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Reuters: Brexit anniversary in the UK - three years of economic decline

31-1-2023 |

Three years after its departure from the European Union, Britain is yet to benefit from the Brexit dividend that was promised for its economy as it lags its peers on multiple fronts, including trade and investment.

Britain exited the EU on Jan. 31, 2020, though remained in the bloc's single market and customs union for 11 more months.

On that day, then-Prime Minister Boris Johnson said the country could finally fulfil its potential and that he hoped it would grow in confidence with each passing month.

So far, the opposite has happened, with a range of indicators showing under-performance compared with other economies.

Opinion polls show Britons who regret leaving the EU increasingly outnumber those who do not. A survey published on Monday by news website UnHerd showed this was now the case in all but three of 632 parliamentary constituencies analysed.

The government, led by Brexit-supporting Prime Minister Rishi Sunak, says Britain is prospering with new-found freedoms.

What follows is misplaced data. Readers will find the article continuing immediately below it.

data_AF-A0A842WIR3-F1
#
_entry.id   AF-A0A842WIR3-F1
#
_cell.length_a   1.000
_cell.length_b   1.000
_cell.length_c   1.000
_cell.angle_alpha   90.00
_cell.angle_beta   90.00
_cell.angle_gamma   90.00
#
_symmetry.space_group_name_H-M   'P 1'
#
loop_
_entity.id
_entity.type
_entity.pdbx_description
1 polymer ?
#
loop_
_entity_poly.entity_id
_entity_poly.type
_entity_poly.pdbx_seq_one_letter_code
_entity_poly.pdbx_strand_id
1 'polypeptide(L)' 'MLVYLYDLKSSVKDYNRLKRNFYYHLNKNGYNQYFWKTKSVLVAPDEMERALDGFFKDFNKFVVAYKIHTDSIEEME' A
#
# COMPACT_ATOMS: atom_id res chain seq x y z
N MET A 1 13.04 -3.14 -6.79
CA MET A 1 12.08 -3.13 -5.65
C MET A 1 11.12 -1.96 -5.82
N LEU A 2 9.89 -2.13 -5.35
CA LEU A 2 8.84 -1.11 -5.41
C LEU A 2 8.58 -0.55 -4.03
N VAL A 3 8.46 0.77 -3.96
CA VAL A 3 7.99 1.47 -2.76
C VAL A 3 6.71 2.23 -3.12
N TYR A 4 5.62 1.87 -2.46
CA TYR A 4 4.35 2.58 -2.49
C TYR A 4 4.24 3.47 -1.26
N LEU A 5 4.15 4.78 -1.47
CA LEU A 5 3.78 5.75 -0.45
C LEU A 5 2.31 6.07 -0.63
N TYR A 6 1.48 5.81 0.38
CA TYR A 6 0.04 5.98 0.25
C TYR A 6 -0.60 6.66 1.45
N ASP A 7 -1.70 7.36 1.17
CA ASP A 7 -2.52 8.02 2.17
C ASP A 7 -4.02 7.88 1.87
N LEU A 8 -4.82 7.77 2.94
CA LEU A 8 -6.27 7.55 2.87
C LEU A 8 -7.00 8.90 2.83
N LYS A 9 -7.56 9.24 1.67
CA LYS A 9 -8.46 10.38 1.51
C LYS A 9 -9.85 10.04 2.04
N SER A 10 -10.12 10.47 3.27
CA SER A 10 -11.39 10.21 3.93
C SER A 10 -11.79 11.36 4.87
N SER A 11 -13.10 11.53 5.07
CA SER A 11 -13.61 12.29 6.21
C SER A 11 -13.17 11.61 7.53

Last week, finance minister Jeremy Hunt challenged the talk of decline and said Brexit offered a brighter future with room for measures that will attract investment in areas such as the green economy and tech.

Many economists say leaving the EU is not the sole cause of Britain's woes - the country was hit hard by the coronavirus pandemic and the surge in gas prices after Russia's invasion of Ukraine - but it is a factor that can help explain recent underperformance.

"If you impose barriers to trade, investment and migration with your biggest trading partner (EU), then you're going to have quite a big hit to trade volumes, and to investment and to GDP," he said, pointing to a string of dismal economic data.

Britain was the only Group of Seven advanced economy yet to regain its pre-pandemic size of late 2019 at the end of September last year, the most recent period covered by data.

On Tuesday the International Monetary Fund said it expected Britain's economy to shrink by 0.6% this year, in contrast to predictions of growth across the rest of the G7.

Springford estimated that Brexit reduced Britain's economic output - compared with what it would have been without leaving the EU - by around 5.5% as of mid-2022, based on a "doppelganger" model in which an algorithm selects countries whose economic performance closely matched pre-Brexit Britain.

The government's own forecasting organisation, the Office for Budget Responsibility, and the Bank of England also judge there to be a long-running net cost to leaving the EU.

Source: Reuters